I first got to know Chris Wilson when he was based in Co. Tipperary, and recording the Lepidoptera of Cappamurra Bog. Over the following years we exchanged many emails about moth identification, and I soon realised how wide his knowledge of wildlife ranged. When he later moved to live close to The Raven, Co. Wexford, he set up a weather station there, and we were then able to share our interest in meteorology too; this included the phenomenal rainfall in August 1997 that happened to peak around The Raven. I was able to visit Chris and Anne at their home in Ballinamorragh the previous month, providing an opportunity to trap moths there and to have a guided tour from Chris of The Raven. I still well remember this occasion, both because of his knowledge of the area, and the impression made on me by the diverse fauna of the area. I regret that I was unable to make an intended return visit. How perceptive of significant details he was is shown be the fact that Chris was probably the first person to mention to me that he noticed a decline in the Wall Brown butterfly and to comment on unusual features he noticed locally in what was then simply known as the “Wood White”. His reports on the fascinating journey to Antarctica showed another facet of his wide interests. He achieved a remarkable amount in the field of Irish natural history, and he will be sorely missed.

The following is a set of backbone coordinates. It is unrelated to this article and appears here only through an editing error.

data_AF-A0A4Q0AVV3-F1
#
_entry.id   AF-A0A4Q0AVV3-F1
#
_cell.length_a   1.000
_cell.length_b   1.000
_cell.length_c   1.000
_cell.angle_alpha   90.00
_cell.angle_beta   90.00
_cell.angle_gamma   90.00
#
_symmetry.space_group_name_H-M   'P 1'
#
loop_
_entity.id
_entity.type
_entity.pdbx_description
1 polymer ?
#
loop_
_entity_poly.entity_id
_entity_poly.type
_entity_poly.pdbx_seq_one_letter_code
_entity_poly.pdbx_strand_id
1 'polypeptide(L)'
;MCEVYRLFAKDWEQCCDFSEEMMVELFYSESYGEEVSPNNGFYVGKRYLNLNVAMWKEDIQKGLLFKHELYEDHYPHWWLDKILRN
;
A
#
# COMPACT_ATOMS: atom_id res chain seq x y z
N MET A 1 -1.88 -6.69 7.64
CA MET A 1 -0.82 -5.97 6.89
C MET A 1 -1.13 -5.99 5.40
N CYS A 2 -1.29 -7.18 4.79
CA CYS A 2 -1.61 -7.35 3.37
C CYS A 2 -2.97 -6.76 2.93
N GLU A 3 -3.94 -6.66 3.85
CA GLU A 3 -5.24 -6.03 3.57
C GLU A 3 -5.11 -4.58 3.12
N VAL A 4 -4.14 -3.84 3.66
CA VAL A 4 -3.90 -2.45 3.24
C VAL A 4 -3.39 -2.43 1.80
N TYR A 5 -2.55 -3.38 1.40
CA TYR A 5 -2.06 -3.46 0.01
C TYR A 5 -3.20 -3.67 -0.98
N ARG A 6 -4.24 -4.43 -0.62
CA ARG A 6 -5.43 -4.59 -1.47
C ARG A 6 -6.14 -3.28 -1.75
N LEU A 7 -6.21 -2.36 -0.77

Ken Bond.